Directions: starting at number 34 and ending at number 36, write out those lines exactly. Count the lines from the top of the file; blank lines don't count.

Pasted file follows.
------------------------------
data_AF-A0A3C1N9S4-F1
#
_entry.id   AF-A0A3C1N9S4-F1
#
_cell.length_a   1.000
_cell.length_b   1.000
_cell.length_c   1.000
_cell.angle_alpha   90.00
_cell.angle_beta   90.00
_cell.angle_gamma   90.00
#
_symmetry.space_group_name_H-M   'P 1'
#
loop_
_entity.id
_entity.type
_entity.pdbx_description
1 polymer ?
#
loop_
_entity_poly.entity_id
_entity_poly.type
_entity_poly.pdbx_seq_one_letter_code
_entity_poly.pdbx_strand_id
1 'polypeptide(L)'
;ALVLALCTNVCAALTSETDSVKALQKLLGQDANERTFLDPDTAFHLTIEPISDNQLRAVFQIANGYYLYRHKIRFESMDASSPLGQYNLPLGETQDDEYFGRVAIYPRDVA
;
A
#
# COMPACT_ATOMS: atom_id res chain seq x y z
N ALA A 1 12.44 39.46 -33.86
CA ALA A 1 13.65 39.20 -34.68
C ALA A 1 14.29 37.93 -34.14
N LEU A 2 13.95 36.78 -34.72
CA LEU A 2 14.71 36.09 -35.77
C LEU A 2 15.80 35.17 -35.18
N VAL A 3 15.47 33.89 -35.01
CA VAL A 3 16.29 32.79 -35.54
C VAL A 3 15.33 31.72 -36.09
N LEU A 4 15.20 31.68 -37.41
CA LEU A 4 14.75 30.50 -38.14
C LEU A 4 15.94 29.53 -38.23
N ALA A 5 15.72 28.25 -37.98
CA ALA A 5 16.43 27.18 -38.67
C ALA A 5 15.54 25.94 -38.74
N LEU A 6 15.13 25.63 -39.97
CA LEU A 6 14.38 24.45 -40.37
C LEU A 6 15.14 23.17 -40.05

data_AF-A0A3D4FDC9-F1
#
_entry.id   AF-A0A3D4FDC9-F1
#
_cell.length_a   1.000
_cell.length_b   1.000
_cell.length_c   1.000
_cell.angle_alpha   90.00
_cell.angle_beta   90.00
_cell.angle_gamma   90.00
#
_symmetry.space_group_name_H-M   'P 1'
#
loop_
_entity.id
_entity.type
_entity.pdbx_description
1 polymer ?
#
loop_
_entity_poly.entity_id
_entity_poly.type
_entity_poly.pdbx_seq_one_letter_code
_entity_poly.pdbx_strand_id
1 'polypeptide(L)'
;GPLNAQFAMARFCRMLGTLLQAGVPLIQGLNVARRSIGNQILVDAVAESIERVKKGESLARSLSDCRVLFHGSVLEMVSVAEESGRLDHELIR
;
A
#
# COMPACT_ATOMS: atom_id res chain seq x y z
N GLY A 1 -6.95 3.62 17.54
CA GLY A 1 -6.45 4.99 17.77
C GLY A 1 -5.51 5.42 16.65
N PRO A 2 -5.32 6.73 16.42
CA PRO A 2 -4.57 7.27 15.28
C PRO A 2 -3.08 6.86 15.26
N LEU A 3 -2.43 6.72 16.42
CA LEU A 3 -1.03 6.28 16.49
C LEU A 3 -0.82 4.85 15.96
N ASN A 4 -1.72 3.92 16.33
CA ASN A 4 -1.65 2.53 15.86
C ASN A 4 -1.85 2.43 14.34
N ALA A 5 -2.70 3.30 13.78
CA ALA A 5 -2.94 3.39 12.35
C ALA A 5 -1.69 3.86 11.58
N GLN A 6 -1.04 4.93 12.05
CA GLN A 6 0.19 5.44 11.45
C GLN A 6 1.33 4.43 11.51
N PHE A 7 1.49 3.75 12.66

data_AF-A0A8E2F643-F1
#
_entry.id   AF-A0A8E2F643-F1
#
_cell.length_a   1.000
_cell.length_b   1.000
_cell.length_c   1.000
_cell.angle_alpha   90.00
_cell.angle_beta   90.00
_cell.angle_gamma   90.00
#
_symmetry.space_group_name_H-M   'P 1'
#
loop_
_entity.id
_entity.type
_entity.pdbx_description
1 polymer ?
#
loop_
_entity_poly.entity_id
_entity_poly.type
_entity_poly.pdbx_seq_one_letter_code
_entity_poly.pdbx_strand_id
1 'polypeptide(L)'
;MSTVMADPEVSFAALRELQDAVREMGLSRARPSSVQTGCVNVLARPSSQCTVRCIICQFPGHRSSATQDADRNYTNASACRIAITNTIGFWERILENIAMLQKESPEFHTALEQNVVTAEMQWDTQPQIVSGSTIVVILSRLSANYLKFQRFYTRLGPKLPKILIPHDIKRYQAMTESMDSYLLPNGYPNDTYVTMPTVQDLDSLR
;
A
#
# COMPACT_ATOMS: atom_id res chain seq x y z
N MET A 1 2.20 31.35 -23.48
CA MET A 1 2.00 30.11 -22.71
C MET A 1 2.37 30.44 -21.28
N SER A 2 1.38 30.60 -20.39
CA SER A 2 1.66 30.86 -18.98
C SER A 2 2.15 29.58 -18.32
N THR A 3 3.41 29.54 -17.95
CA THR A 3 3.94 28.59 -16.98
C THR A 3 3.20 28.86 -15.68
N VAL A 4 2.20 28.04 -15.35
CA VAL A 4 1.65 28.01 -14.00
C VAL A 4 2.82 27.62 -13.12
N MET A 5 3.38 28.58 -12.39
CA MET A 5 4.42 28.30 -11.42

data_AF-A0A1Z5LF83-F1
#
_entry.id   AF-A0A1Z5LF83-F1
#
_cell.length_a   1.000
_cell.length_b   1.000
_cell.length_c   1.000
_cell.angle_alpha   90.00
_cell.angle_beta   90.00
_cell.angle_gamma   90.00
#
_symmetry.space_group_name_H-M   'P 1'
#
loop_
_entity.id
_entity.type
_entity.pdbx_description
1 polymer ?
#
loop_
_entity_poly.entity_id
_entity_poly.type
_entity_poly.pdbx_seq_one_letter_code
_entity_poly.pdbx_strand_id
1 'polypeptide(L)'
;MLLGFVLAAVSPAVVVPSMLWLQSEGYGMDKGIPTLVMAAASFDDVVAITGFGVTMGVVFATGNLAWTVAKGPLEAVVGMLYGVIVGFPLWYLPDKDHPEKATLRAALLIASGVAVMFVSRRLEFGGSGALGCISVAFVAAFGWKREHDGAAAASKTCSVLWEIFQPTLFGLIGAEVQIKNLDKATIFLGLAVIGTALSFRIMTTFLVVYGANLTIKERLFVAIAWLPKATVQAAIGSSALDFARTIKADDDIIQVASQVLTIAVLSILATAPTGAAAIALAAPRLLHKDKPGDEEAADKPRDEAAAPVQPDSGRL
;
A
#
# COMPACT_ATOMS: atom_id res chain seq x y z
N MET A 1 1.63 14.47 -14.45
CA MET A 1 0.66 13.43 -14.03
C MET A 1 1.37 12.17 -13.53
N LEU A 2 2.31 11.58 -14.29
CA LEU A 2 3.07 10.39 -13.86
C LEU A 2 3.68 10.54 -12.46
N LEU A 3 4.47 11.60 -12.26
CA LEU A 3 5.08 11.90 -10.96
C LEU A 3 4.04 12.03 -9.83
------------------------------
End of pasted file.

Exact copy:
N LEU A 2 13.95 36.78 -34.72
CA LEU A 2 14.71 36.09 -35.77
C LEU A 2 15.80 35.17 -35.18